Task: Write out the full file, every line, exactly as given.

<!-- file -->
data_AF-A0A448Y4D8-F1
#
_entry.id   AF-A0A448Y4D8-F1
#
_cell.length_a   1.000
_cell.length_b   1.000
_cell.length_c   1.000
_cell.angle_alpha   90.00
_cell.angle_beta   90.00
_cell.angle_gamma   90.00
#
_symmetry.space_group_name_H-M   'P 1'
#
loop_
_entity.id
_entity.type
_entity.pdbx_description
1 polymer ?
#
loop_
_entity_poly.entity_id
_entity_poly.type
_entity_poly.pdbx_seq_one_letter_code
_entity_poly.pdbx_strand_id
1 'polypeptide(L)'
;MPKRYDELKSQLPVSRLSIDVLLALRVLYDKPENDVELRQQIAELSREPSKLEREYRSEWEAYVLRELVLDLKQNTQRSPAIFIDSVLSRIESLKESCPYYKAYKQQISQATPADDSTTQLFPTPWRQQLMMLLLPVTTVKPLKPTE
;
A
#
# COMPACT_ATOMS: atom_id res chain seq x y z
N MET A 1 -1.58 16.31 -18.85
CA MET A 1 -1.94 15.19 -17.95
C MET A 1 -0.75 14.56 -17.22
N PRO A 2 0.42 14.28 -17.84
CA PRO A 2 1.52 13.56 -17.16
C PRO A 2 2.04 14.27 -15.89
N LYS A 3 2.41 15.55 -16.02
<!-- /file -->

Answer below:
data_AF-A0A448Y4D8-F1
#
_entry.id   AF-A0A448Y4D8-F1
#
_cell.length_a   1.000
_cell.length_b   1.000
_cell.length_c   1.000
_cell.angle_alpha   90.00
_cell.angle_beta   90.00
_cell.angle_gamma   90.00
#
_symmetry.space_group_name_H-M   'P 1'
#
loop_
_entity.id
_entity.type
_entity.pdbx_description
1 polymer ?
#
loop_
_entity_poly.entity_id
_entity_poly.type
_entity_poly.pdbx_seq_one_letter_code
_entity_poly.pdbx_strand_id
1 'polypeptide(L)'
;MPKRYDELKSQLPVSRLSIDVLLALRVLYDKPENDVELRQQIAELSREPSKLEREYRSEWEAYVLRELVLDLKQNTQRSPAIFIDSVLSRIESLKESCPYYKAYKQQISQATPADDSTTQLFPTPWRQQLMMLLLPVTTVKPLKPTE
;
A
#
# COMPACT_ATOMS: atom_id res chain seq x y z
N MET A 1 -1.58 16.31 -18.85
CA MET A 1 -1.94 15.19 -17.95
C MET A 1 -0.75 14.56 -17.22
N PRO A 2 0.42 14.28 -17.84
CA PRO A 2 1.52 13.56 -17.16
C PRO A 2 2.04 14.27 -15.89
N LYS A 3 2.41 15.55 -16.02